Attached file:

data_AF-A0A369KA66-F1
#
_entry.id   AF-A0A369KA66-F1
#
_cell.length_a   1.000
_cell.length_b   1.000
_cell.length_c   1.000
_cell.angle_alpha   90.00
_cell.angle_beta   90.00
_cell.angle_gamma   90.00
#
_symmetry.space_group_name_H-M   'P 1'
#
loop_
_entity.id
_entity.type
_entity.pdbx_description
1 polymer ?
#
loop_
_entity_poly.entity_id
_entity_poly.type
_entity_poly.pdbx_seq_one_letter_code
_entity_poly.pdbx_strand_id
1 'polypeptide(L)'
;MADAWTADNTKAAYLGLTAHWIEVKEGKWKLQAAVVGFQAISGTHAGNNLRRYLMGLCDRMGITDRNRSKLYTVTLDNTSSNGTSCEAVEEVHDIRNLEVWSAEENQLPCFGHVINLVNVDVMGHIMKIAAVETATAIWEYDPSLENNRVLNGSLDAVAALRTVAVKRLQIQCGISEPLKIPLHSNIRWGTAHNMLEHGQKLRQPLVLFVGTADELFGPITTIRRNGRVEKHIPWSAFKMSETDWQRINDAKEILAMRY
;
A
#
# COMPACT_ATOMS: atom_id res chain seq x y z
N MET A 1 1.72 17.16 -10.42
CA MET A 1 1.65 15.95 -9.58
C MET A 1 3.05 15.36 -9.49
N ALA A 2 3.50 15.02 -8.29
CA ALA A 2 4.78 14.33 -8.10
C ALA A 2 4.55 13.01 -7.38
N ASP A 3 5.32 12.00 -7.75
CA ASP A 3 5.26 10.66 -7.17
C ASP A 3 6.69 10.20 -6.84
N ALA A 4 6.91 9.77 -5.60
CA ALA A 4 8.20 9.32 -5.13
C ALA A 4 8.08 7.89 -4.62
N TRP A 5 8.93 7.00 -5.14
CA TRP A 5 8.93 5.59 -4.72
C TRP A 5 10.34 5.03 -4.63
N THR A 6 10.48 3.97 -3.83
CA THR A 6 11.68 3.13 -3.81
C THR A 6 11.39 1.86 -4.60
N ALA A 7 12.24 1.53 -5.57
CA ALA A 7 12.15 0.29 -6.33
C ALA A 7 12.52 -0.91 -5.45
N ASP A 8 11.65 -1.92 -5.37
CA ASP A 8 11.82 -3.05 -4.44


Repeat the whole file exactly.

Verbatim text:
data_AF-A0A369KA66-F1
#
_entry.id   AF-A0A369KA66-F1
#
_cell.length_a   1.000
_cell.length_b   1.000
_cell.length_c   1.000
_cell.angle_alpha   90.00
_cell.angle_beta   90.00
_cell.angle_gamma   90.00
#
_symmetry.space_group_name_H-M   'P 1'
#
loop_
_entity.id
_entity.type
_entity.pdbx_description
1 polymer ?
#
loop_
_entity_poly.entity_id
_entity_poly.type
_entity_poly.pdbx_seq_one_letter_code
_entity_poly.pdbx_strand_id
1 'polypeptide(L)'
;MADAWTADNTKAAYLGLTAHWIEVKEGKWKLQAAVVGFQAISGTHAGNNLRRYLMGLCDRMGITDRNRSKLYTVTLDNTSSNGTSCEAVEEVHDIRNLEVWSAEENQLPCFGHVINLVNVDVMGHIMKIAAVETATAIWEYDPSLENNRVLNGSLDAVAALRTVAVKRLQIQCGISEPLKIPLHSNIRWGTAHNMLEHGQKLRQPLVLFVGTADELFGPITTIRRNGRVEKHIPWSAFKMSETDWQRINDAKEILAMRY
;
A
#
# COMPACT_ATOMS: atom_id res chain seq x y z
N MET A 1 1.72 17.16 -10.42
CA MET A 1 1.65 15.95 -9.58
C MET A 1 3.05 15.36 -9.49
N ALA A 2 3.50 15.02 -8.29
CA ALA A 2 4.78 14.33 -8.10
C ALA A 2 4.55 13.01 -7.38
N ASP A 3 5.32 12.00 -7.75
CA ASP A 3 5.26 10.66 -7.17
C ASP A 3 6.69 10.20 -6.84
N ALA A 4 6.91 9.77 -5.60
CA ALA A 4 8.20 9.32 -5.13
C ALA A 4 8.08 7.89 -4.62
N TRP A 5 8.93 7.00 -5.14
CA TRP A 5 8.93 5.59 -4.72
C TRP A 5 10.34 5.03 -4.63
N THR A 6 10.48 3.97 -3.83
CA THR A 6 11.68 3.13 -3.81
C THR A 6 11.39 1.86 -4.60
N ALA A 7 12.24 1.53 -5.57
CA ALA A 7 12.15 0.29 -6.33
C ALA A 7 12.52 -0.91 -5.45
N ASP A 8 11.65 -1.92 -5.37
CA ASP A 8 11.82 -3.05 -4.44